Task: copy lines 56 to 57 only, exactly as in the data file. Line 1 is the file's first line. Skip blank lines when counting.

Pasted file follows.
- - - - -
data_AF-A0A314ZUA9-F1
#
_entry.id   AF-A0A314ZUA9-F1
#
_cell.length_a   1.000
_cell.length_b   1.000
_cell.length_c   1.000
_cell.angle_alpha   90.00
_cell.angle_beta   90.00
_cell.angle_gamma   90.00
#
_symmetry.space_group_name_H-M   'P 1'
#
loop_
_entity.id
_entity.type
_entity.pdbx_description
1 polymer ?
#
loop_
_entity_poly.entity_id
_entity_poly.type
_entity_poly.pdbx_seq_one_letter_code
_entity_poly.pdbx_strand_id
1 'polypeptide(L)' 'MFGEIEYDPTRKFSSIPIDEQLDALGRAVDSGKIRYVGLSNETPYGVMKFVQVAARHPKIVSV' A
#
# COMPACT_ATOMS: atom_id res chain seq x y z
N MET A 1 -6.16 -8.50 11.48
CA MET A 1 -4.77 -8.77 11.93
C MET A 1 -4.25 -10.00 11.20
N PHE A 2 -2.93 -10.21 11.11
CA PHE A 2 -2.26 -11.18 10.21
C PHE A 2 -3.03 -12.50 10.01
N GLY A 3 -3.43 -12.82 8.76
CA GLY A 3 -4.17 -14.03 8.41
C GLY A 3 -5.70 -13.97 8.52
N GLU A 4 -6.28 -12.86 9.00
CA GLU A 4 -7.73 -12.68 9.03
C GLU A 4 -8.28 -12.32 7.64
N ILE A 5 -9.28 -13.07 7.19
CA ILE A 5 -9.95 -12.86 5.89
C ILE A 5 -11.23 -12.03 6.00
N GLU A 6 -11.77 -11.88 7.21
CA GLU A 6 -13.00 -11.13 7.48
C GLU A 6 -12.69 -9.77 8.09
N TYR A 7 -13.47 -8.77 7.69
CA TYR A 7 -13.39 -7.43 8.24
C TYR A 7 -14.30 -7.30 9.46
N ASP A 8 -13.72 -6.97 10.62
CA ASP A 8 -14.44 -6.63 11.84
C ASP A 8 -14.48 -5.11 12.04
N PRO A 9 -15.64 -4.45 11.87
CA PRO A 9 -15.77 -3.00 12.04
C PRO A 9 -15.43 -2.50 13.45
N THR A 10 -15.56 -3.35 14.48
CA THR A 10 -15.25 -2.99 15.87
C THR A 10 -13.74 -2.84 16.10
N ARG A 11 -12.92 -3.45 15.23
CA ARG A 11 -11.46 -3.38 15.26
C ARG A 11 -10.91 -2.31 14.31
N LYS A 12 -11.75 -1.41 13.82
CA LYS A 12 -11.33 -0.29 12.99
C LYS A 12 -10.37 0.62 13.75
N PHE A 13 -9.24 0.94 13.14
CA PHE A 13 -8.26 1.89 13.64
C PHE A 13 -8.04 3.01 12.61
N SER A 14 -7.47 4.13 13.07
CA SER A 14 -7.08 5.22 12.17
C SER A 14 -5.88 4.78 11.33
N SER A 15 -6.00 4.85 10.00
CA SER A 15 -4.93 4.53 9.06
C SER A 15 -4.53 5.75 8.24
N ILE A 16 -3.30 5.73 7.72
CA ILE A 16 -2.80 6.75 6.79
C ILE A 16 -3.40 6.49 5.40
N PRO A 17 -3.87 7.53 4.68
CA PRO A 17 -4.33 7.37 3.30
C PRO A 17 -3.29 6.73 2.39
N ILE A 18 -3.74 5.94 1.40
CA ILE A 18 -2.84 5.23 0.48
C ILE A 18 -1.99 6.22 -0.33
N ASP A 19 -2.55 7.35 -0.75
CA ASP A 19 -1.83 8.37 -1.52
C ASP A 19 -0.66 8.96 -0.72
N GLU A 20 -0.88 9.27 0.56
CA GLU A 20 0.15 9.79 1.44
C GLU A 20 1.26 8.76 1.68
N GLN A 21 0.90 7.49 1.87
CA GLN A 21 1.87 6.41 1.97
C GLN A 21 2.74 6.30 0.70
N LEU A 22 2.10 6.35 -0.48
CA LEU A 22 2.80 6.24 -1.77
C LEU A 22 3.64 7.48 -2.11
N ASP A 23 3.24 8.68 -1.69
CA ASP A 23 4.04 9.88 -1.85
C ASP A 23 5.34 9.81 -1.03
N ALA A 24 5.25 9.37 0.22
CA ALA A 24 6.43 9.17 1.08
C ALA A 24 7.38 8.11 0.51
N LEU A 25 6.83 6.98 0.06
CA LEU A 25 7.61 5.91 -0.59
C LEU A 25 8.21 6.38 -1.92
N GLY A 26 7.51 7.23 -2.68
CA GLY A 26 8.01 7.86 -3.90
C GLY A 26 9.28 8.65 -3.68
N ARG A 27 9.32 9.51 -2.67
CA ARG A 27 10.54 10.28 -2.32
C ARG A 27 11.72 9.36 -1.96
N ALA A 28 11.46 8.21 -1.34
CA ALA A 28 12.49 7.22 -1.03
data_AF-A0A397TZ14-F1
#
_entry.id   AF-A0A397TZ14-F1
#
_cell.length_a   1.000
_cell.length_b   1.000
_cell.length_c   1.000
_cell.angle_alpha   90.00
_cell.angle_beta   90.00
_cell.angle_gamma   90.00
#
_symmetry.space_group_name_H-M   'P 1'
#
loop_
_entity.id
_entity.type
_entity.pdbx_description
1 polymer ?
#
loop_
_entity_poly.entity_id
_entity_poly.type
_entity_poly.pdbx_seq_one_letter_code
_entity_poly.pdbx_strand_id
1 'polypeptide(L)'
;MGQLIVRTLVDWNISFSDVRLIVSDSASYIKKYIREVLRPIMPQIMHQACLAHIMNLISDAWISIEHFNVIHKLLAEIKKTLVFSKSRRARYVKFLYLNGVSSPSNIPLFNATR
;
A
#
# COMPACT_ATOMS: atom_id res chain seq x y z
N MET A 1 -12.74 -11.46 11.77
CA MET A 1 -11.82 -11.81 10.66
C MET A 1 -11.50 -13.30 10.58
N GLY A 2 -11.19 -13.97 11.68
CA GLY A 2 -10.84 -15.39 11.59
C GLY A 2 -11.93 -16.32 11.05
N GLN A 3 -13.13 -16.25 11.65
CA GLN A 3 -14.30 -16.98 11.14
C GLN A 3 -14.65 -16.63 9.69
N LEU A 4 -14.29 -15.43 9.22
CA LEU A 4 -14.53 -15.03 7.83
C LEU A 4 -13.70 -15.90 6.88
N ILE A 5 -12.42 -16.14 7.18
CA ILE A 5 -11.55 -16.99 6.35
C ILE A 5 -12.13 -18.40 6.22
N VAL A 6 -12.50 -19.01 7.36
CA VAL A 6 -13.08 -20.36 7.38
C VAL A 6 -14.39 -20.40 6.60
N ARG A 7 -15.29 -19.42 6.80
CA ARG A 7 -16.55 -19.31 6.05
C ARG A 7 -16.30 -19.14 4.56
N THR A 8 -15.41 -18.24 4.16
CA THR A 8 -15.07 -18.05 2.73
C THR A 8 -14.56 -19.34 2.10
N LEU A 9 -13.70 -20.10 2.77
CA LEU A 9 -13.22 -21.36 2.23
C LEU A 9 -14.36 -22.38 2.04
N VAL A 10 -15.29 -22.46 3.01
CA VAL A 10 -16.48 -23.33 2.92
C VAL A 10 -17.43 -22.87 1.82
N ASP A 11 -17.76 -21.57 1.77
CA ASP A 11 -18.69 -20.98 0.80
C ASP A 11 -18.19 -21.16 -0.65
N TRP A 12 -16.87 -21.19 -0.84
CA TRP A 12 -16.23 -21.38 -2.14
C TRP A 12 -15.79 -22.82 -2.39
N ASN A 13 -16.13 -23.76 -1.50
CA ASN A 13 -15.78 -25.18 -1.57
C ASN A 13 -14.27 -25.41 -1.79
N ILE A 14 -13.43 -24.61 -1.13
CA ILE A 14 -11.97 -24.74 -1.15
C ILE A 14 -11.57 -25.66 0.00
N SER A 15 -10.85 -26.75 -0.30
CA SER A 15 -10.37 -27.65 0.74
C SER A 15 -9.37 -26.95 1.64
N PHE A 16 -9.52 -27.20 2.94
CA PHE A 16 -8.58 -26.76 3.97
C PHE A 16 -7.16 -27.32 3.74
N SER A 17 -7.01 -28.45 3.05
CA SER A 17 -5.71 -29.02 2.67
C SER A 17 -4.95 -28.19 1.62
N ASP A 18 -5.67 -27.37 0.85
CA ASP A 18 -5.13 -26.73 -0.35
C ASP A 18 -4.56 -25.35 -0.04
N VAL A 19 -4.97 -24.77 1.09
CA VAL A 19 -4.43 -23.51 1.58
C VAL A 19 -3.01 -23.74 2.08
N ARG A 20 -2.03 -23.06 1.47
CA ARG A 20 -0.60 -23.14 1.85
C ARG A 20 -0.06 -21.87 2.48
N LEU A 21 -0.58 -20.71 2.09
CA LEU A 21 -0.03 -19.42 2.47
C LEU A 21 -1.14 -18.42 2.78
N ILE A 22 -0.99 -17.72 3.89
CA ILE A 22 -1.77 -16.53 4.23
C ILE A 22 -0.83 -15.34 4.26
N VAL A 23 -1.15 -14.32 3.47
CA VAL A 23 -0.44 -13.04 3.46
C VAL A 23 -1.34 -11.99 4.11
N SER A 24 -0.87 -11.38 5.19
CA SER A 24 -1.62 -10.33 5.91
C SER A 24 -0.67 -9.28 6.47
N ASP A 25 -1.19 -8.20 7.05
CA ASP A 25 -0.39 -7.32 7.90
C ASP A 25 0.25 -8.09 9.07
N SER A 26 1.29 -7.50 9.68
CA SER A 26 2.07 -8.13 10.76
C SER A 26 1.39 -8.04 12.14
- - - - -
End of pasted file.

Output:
CA THR A 10 -15.25 -2.99 15.87
C THR A 10 -13.74 -2.84 16.10